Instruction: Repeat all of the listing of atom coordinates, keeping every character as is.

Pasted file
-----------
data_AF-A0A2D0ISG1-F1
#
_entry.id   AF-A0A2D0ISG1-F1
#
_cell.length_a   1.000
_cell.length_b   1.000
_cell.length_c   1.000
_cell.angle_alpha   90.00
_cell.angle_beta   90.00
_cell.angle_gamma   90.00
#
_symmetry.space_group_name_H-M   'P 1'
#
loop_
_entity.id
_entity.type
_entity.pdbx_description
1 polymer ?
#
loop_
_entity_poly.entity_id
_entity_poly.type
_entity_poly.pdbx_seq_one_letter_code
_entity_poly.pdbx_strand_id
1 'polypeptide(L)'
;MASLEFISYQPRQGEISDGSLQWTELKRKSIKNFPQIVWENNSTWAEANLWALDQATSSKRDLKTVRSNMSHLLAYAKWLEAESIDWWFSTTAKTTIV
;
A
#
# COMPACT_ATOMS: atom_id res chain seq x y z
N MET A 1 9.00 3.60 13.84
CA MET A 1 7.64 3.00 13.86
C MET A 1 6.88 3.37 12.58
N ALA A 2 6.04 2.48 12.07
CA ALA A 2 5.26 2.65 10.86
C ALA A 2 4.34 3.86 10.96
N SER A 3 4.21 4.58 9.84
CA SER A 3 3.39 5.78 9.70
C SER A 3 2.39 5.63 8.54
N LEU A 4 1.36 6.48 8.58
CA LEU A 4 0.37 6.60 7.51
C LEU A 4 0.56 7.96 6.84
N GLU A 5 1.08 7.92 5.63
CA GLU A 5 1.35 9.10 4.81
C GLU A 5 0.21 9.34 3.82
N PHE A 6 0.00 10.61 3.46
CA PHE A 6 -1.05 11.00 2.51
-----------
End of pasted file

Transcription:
data_AF-A0A2D0ISG1-F1
#
_entry.id   AF-A0A2D0ISG1-F1
#
_cell.length_a   1.000
_cell.length_b   1.000
_cell.length_c   1.000
_cell.angle_alpha   90.00
_cell.angle_beta   90.00
_cell.angle_gamma   90.00
#
_symmetry.space_group_name_H-M   'P 1'
#
loop_
_entity.id
_entity.type
_entity.pdbx_description
1 polymer ?
#
loop_
_entity_poly.entity_id
_entity_poly.type
_entity_poly.pdbx_seq_one_letter_code
_entity_poly.pdbx_strand_id
1 'polypeptide(L)'
;MASLEFISYQPRQGEISDGSLQWTELKRKSIKNFPQIVWENNSTWAEANLWALDQATSSKRDLKTVRSNMSHLLAYAKWLEAESIDWWFSTTAKTTIV
;
A
#
# COMPACT_ATOMS: atom_id res chain seq x y z
N MET A 1 9.00 3.60 13.84
CA MET A 1 7.64 3.00 13.86
C MET A 1 6.88 3.37 12.58
N ALA A 2 6.04 2.48 12.07
CA ALA A 2 5.26 2.65 10.86
C ALA A 2 4.34 3.86 10.96
N SER A 3 4.21 4.58 9.84
CA SER A 3 3.39 5.78 9.70
C SER A 3 2.39 5.63 8.54
N LEU A 4 1.36 6.48 8.58
CA LEU A 4 0.37 6.60 7.51
C LEU A 4 0.56 7.96 6.84
N GLU A 5 1.08 7.92 5.63
CA GLU A 5 1.35 9.10 4.81
C GLU A 5 0.21 9.34 3.82
N PHE A 6 0.00 10.61 3.46
CA PHE A 6 -1.05 11.00 2.51